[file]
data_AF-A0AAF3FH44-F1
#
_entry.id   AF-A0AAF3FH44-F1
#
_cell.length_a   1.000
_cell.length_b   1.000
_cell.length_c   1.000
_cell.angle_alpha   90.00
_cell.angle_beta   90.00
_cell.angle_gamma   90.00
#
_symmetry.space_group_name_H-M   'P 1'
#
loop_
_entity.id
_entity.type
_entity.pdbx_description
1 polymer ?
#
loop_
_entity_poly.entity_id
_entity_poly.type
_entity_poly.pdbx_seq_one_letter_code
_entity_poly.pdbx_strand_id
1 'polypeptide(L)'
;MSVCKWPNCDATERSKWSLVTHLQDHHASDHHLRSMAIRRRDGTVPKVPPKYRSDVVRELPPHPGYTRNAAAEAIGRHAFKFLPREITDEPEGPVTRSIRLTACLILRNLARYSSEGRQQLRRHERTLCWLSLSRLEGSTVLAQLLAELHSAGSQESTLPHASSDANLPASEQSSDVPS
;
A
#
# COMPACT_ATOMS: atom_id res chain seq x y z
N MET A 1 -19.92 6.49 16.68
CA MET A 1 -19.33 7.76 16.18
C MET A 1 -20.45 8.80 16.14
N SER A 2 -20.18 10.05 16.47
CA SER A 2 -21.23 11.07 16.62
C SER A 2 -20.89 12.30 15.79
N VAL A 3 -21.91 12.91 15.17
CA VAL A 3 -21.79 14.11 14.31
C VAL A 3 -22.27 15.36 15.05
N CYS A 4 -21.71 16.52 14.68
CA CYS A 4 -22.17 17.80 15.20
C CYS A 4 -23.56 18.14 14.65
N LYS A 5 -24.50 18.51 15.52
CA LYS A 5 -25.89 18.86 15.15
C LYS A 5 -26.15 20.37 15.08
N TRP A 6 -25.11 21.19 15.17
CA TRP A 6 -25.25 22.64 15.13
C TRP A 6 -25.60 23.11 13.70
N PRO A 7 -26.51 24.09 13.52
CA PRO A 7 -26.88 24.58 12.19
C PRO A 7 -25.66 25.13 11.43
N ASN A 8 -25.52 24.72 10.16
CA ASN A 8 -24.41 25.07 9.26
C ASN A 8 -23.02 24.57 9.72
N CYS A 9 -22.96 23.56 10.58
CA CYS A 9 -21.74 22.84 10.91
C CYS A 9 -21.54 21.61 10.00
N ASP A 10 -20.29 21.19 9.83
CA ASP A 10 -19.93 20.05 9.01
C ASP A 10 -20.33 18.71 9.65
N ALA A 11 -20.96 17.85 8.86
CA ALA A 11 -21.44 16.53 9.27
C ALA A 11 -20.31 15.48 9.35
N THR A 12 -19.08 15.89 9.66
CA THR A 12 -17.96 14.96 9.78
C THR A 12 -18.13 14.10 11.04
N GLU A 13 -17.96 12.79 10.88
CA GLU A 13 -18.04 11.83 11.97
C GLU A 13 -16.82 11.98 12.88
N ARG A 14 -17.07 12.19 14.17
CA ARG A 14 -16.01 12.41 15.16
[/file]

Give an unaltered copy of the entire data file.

data_AF-A0AAF3FH44-F1
#
_entry.id   AF-A0AAF3FH44-F1
#
_cell.length_a   1.000
_cell.length_b   1.000
_cell.length_c   1.000
_cell.angle_alpha   90.00
_cell.angle_beta   90.00
_cell.angle_gamma   90.00
#
_symmetry.space_group_name_H-M   'P 1'
#
loop_
_entity.id
_entity.type
_entity.pdbx_description
1 polymer ?
#
loop_
_entity_poly.entity_id
_entity_poly.type
_entity_poly.pdbx_seq_one_letter_code
_entity_poly.pdbx_strand_id
1 'polypeptide(L)'
;MSVCKWPNCDATERSKWSLVTHLQDHHASDHHLRSMAIRRRDGTVPKVPPKYRSDVVRELPPHPGYTRNAAAEAIGRHAFKFLPREITDEPEGPVTRSIRLTACLILRNLARYSSEGRQQLRRHERTLCWLSLSRLEGSTVLAQLLAELHSAGSQESTLPHASSDANLPASEQSSDVPS
;
A
#
# COMPACT_ATOMS: atom_id res chain seq x y z
N MET A 1 -19.92 6.49 16.68
CA MET A 1 -19.33 7.76 16.18
C MET A 1 -20.45 8.80 16.14
N SER A 2 -20.18 10.05 16.47
CA SER A 2 -21.23 11.07 16.62
C SER A 2 -20.89 12.30 15.79
N VAL A 3 -21.91 12.91 15.17
CA VAL A 3 -21.79 14.11 14.31
C VAL A 3 -22.27 15.36 15.05
N CYS A 4 -21.71 16.52 14.68
CA CYS A 4 -22.17 17.80 15.20
C CYS A 4 -23.56 18.14 14.65
N LYS A 5 -24.50 18.51 15.52
CA LYS A 5 -25.89 18.86 15.15
C LYS A 5 -26.15 20.37 15.08
N TRP A 6 -25.11 21.19 15.17
CA TRP A 6 -25.25 22.64 15.13
C TRP A 6 -25.60 23.11 13.70
N PRO A 7 -26.51 24.09 13.52
CA PRO A 7 -26.88 24.58 12.19
C PRO A 7 -25.66 25.13 11.43
N ASN A 8 -25.52 24.72 10.16
CA ASN A 8 -24.41 25.07 9.26
C ASN A 8 -23.02 24.57 9.72
N CYS A 9 -22.96 23.56 10.58
CA CYS A 9 -21.74 22.84 10.91
C CYS A 9 -21.54 21.61 10.00
N ASP A 10 -20.29 21.19 9.83
CA ASP A 10 -19.93 20.05 9.01
C ASP A 10 -20.33 18.71 9.65
N ALA A 11 -20.96 17.85 8.86
CA ALA A 11 -21.44 16.53 9.27
C ALA A 11 -20.31 15.48 9.35
N THR A 12 -19.08 15.89 9.66
CA THR A 12 -17.96 14.96 9.78
C THR A 12 -18.13 14.10 11.04
N GLU A 13 -17.96 12.79 10.88
CA GLU A 13 -18.04 11.83 11.97
C GLU A 13 -16.82 11.98 12.88
N ARG A 14 -17.07 12.19 14.17
CA ARG A 14 -16.01 12.41 15.16